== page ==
I plan to use all 8 speakers in a 16 ohm array. I'm using an ANTEK 160 volt, 50VA PT that I still can't remember why I purchased over a year ago. I'm using the 140 volt tap with a voltage doubling power supply (why do anything simple). I'm shedding the extra voltage that creates via balanced filtering to get back to near 300 volts on the 6AK6 plates. This project is very close to making an amp from the contents of my junk drawer.

Initially, I was going to use an LTP phase inverter using a 6J6, but I couldn't get the gain under control. It just doesn't take much to drive a pair of 6AK6 power tubes. When I switched my design to a concertina PI, the amp was a bit weak because of the tone control between the 6AK5 preamp and the PI. So, my solution was to put in an LND150 input buffer and move the tone stack before the 6AK5. Though the gain of the LND150 as configured is about 8, coming out of the TS, it's just about 2 which the 6AK5 has no trouble handling.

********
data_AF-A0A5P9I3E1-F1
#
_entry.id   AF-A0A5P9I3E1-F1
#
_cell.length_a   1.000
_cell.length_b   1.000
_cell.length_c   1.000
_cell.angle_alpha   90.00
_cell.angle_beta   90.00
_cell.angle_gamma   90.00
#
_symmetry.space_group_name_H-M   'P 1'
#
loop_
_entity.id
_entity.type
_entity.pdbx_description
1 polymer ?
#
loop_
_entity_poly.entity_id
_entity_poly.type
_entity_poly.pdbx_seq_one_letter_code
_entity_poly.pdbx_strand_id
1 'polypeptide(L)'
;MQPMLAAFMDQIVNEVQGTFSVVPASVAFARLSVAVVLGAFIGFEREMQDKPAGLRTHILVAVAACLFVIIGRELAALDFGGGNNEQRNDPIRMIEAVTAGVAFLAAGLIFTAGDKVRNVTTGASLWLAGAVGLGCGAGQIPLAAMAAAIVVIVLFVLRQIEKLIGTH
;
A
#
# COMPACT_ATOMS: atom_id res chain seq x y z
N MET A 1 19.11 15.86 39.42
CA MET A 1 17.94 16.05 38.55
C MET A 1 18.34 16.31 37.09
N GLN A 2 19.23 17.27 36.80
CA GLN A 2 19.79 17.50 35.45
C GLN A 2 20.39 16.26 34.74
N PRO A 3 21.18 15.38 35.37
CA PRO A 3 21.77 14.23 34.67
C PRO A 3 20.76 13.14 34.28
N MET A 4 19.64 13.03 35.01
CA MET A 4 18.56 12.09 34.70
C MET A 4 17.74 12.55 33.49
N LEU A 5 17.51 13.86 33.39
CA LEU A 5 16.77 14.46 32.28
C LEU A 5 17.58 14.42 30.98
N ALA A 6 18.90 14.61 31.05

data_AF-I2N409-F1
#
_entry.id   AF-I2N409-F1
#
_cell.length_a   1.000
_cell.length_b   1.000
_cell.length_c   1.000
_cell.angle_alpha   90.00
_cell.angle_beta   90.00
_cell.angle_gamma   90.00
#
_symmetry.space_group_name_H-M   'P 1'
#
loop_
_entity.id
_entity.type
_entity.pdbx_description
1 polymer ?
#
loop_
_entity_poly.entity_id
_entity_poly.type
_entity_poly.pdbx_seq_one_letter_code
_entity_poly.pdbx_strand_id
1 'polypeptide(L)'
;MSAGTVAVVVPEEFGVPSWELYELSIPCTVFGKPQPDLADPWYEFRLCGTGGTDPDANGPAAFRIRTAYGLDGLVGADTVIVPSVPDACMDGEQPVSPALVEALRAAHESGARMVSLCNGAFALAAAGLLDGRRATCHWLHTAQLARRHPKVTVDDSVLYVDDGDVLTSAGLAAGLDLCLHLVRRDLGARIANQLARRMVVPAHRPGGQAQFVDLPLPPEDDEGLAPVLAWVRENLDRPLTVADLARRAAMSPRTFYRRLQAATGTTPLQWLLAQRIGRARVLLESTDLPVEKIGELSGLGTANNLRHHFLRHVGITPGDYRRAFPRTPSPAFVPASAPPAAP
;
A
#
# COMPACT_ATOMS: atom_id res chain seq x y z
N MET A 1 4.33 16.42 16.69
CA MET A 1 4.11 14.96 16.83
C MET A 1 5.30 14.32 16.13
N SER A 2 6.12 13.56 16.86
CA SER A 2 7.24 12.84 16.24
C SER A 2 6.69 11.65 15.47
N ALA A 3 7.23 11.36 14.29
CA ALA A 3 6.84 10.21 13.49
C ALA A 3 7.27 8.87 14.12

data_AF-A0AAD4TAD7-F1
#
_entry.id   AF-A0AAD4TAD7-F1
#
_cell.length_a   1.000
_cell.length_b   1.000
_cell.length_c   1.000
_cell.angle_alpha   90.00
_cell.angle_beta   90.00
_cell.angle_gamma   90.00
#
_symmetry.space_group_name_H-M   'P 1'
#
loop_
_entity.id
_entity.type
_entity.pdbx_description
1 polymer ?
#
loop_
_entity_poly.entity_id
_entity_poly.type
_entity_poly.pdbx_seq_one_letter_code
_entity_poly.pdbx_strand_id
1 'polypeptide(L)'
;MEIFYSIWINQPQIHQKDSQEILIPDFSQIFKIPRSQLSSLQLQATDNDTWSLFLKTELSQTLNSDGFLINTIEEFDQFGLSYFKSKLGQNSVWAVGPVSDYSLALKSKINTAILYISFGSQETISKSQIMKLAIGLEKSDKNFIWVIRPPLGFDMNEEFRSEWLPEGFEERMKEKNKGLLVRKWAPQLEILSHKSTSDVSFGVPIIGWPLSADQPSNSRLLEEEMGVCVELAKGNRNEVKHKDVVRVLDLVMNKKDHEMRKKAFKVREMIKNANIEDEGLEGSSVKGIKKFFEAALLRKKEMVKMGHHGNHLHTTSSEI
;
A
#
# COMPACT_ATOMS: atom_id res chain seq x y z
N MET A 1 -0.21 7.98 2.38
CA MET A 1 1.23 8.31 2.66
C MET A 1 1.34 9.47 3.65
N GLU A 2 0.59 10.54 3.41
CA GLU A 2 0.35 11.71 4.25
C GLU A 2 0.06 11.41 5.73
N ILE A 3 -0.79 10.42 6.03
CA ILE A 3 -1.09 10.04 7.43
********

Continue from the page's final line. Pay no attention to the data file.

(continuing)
Keeping all the tubes 7 pin. I chose a 6AB4 for the PI. This is a 7 pin, one triode version of the 12AT7.

I'm attaching an LTSPICE screen shot as the working schematic. I am doing the layout now and I have the chassis complete.
 

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printer2

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I do not know why the 6AK6 is not more populare around here. It can make a 1W amp in SE and 3-4W in P-P. It is easy to drive and takes little heater current.
 

mountainhick

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Watching! I'm also considering 6AK6 PP right now, quite different, but looking forward to seeing where this goes!